I have a little story to tell… It involves, among other things, two eggs, a recipe, a video, a Facebook Page, and a community manager. One of the eggs goes missing, but I assure you, no community managers were hurt in writing this article.
I’m pedantic. Yes, I know. It’s what makes me very good at some things, but it annoys the hell out of some people. You see, I’m the kind of person who notices all the small mistakes in films. No matter how minor or seemingly unimportant, a plot hole or continuity problem can really ruin a good movie for me! I’m also the kind of annoying person who sees mistakes in restaurant menus and calls the waiter to point them out. I’m the kind of person who counts the sides in polygonal bokeh, wondering what lens was used. So, picture me in front of Facebook the other day…
I had just finished up my work for the day (it’s around 11pm) and I’m scrolling through my News Feed (I do this a lot). At some point, I noticed a video from a well-known food products brand. It’s one of those recipe videos, showing one how to use a product in an imaginative way. Pretty cool. Well-made. Kinda like one of Buzzfeed’s “Tasty” videos. You know the ones I’m talking about.
So, I start watching – and I start “judging.” I can’t help it; it’s a big part of my job, to advise clients on how to optimise their content for different platforms!
[quote]Why are they not using portrait or square orientation? Most people watch these things on mobile! Even if they don’t watch on mobile, square is still better![/quote]
Before I can judge any further, I’ve watched the entire thing. And then it strikes me…
[quote]”Where is the second egg? I noticed two eggs in the beginning… there’s only one egg at the end! Are you kidding me? What?[/quote]
I rewind. The second egg is nowhere to be seen. It hasn’t been used in any of the previous steps. It’s gone! I am annoyed by this. I MUST leave a comment. I write, “What happened to the second egg?”
I don’t expect a reply. And I think to myself – “judging” again – “Why don’t Brand Pages ever bloody answer???” To be fair, some do.
Then I get a messenger notification. It’s an acquaintance, who I haven’t seen in a while. She asks me, “Don’t you feel sorry for community managers? It’s 1am…”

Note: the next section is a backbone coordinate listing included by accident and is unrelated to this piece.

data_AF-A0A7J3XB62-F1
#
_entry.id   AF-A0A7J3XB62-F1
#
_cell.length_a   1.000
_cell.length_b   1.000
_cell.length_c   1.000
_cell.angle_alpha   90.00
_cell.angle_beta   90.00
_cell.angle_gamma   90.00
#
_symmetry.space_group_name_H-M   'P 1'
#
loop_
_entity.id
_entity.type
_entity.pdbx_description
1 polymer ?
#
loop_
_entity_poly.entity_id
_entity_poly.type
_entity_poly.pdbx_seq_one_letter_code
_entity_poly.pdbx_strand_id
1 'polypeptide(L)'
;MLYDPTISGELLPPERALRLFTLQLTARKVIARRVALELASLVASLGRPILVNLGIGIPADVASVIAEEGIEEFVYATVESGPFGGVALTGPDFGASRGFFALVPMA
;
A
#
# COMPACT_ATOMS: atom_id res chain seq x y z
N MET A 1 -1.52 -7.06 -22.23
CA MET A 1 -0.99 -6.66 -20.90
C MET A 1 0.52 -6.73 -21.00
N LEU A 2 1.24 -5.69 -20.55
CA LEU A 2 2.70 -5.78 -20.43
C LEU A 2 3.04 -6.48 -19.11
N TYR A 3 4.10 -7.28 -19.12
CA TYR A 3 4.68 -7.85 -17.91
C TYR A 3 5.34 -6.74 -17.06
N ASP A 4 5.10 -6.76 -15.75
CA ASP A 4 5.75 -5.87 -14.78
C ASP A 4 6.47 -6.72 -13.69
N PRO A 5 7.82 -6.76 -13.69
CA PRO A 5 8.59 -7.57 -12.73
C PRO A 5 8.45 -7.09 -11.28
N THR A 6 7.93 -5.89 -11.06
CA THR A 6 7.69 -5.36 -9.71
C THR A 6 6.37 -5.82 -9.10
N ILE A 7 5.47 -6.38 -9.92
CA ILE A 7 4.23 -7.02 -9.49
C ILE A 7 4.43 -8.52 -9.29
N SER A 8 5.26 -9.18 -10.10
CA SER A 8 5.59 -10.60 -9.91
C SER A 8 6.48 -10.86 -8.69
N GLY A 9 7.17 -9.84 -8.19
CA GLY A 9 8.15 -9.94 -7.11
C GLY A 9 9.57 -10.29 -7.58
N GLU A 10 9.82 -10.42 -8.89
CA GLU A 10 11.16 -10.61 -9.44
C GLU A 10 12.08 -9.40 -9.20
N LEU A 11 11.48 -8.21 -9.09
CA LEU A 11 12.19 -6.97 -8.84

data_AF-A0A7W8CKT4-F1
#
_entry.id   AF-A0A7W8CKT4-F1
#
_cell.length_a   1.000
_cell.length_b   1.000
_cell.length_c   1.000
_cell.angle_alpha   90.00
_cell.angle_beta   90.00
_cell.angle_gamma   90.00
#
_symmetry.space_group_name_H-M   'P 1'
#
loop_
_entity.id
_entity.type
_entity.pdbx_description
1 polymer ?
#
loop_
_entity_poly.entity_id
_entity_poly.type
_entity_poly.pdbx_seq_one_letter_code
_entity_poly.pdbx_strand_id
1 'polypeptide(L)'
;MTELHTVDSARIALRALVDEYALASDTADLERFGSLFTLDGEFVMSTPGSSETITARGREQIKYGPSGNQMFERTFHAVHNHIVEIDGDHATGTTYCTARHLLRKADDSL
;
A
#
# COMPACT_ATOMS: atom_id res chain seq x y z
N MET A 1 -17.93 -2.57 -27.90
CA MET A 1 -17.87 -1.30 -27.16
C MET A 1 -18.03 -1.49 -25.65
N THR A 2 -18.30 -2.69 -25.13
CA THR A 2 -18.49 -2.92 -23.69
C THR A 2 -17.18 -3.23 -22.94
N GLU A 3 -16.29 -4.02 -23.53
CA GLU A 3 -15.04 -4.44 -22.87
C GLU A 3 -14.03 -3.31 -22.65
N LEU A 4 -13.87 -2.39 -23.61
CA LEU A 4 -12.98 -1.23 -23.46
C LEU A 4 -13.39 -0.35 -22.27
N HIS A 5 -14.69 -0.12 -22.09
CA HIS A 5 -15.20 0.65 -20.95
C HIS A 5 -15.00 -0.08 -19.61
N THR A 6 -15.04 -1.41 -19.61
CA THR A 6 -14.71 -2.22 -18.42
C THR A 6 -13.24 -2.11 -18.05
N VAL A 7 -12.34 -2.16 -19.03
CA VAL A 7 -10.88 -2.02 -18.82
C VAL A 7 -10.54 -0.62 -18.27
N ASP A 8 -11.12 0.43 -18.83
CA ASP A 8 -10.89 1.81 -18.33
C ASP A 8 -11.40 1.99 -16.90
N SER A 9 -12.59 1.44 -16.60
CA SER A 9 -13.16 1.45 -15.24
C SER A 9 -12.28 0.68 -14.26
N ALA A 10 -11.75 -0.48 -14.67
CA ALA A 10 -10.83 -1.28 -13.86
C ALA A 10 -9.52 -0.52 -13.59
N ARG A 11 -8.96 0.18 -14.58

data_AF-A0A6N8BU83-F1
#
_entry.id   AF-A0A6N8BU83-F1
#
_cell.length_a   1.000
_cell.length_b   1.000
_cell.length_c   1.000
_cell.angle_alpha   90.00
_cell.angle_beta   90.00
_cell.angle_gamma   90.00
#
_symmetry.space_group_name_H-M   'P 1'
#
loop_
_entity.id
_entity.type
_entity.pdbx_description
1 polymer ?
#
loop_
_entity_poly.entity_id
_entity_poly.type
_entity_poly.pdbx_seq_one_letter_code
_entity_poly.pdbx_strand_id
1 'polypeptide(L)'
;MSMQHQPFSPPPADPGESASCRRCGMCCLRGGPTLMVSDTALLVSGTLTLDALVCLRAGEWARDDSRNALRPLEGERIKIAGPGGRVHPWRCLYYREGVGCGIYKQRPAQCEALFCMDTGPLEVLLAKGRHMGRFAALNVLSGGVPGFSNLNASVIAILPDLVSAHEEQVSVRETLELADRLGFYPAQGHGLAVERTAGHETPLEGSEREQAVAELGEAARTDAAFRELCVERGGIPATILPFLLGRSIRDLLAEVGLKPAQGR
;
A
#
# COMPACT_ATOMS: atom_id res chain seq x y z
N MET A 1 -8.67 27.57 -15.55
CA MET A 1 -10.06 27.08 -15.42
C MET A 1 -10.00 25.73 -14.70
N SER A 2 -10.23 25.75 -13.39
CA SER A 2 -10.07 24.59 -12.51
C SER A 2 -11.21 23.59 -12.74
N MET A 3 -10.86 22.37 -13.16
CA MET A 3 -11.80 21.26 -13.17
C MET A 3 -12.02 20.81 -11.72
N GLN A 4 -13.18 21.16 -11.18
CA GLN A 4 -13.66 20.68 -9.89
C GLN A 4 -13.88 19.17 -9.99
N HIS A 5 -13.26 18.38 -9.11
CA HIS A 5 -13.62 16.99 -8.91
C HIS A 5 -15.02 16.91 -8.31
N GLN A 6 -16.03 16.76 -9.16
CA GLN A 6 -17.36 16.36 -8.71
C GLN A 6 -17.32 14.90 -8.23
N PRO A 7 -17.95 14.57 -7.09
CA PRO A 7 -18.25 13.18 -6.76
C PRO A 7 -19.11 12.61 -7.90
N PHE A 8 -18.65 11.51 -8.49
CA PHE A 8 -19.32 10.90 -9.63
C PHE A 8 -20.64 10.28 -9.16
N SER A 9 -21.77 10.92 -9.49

I knew exactly what she’s talking about, realising that the big brand is probably her client – and we have a time difference. We laugh about it a little, I half-apologise. I know that my comment isn’t negative, and I know it’s not going to reflect badly on her. And I know how I would deal with a comment like that if I had to. However, I don’t know what kind of approval process they have in place, and I’m also aware that the client might not agree with the way that I would deal with it. I still expect her to come up with something witty – at least since she knows I know it’s her.
The answer came the next morning. It’s was pretty straightforward. Practical. Obviously, well thought out. None of the “playfulness” I was expecting.
This made me think, that my comment and the ensuing playful exchange that could have been, was a big opportunity for the brand to show it’s “human” and “approachable” face. It was also an opportunity for some free marketing. I mean, there’s me going “come out and play!” I am “verified” on Facebook, which causes my comments to rise to the top. So, the whole exchange is going to sit there, as long as the post exists. Now, my acquaintance either didn’t have direct control over what to answer, or didn’t think quick enough, to make it worthwhile. Either way, it was a missed opportunity – whatever the actual case might be.
A common theme I come across often, is the fear of negative comments. Brands – especially ones that have received consumer backlashes in the past – have become very sensitive to commentary. Having a social presence nowadays, is hugely important – and by putting themselves out there, they have opened themselves up to lots and lots of commentary. It’s a fact. And not all commentary is going to be positive. Again, a fact. Maybe though, isn’t it better just to relax a little, and start acting a little more like human beings, TALKING to other human beings?
I feel that brands tend to take themselves very seriously, which kinda makes them anti “social” sometimes. Not the way to be on social media. Being “on social” isn’t just about promoting your products. It’s about COMMUNICATING. And part of that, is HUMOUR.
The point I am making here, is that there’s always going to be someone out there who will ask where that second egg went. Whether you serve your audiences great, good, mediocre, or plain bad content, the silly, critical, sarcastic or abusive comments are always going to exist. But social media is 99% social, and 1% media. Right? Part of “being social” is being able to “play” a little. And I’m not suggesting you “roast” people like Wendy’s. That’s a different story. The magic is figuring out how to turn that one comment into something positive for your brand – and the person who wrote it.
As a friend likes to say, “Speak Human. Win The Internet.”
P.S. Create portrait or square images or videos for social media. Nobody wants to turn their phone on its side. ;-)
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